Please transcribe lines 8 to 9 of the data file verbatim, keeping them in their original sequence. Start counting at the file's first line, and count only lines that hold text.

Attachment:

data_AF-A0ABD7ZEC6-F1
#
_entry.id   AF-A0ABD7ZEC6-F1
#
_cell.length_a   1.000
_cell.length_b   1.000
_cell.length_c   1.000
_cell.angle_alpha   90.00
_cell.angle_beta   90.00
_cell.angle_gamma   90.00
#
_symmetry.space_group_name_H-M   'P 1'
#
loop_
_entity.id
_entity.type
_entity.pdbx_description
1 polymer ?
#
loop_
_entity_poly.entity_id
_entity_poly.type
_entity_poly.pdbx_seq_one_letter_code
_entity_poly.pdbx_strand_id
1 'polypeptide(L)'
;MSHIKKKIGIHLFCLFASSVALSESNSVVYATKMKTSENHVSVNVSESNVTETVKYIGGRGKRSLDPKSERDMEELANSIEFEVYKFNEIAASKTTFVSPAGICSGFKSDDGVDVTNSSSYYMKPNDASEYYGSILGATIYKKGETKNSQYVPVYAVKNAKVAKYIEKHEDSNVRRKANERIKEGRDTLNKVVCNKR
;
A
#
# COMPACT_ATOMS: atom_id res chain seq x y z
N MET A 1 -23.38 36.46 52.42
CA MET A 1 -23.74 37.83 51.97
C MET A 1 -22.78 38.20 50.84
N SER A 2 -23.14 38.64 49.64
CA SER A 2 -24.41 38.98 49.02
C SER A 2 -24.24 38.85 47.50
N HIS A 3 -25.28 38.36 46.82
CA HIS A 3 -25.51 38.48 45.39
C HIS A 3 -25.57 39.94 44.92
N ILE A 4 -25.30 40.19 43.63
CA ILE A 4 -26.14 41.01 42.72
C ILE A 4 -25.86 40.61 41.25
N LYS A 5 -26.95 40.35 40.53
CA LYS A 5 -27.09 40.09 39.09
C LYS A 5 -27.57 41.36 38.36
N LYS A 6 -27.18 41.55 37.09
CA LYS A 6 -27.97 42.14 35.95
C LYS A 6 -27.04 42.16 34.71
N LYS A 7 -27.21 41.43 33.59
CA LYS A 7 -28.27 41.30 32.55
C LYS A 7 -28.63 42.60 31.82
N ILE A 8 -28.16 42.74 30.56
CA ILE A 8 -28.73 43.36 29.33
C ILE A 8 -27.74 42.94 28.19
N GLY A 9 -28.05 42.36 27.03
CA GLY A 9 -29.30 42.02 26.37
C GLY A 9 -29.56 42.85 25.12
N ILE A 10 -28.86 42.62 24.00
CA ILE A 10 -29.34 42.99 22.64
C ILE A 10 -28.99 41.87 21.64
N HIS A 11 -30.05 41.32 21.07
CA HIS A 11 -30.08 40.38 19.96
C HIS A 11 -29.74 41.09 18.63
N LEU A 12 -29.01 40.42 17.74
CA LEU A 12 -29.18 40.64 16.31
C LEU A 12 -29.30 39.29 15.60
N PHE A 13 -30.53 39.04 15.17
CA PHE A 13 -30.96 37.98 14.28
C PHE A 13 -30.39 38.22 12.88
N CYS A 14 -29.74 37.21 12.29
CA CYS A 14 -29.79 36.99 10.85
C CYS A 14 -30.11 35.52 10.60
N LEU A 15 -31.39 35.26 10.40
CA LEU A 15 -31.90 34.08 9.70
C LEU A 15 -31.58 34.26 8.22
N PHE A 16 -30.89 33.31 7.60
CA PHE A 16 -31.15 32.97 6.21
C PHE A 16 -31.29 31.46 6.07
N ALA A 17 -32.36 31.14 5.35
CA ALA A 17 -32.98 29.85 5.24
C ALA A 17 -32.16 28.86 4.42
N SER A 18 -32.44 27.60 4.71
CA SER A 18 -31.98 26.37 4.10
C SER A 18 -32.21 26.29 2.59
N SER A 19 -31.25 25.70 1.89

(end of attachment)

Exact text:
_cell.angle_alpha   90.00
_cell.angle_beta   90.00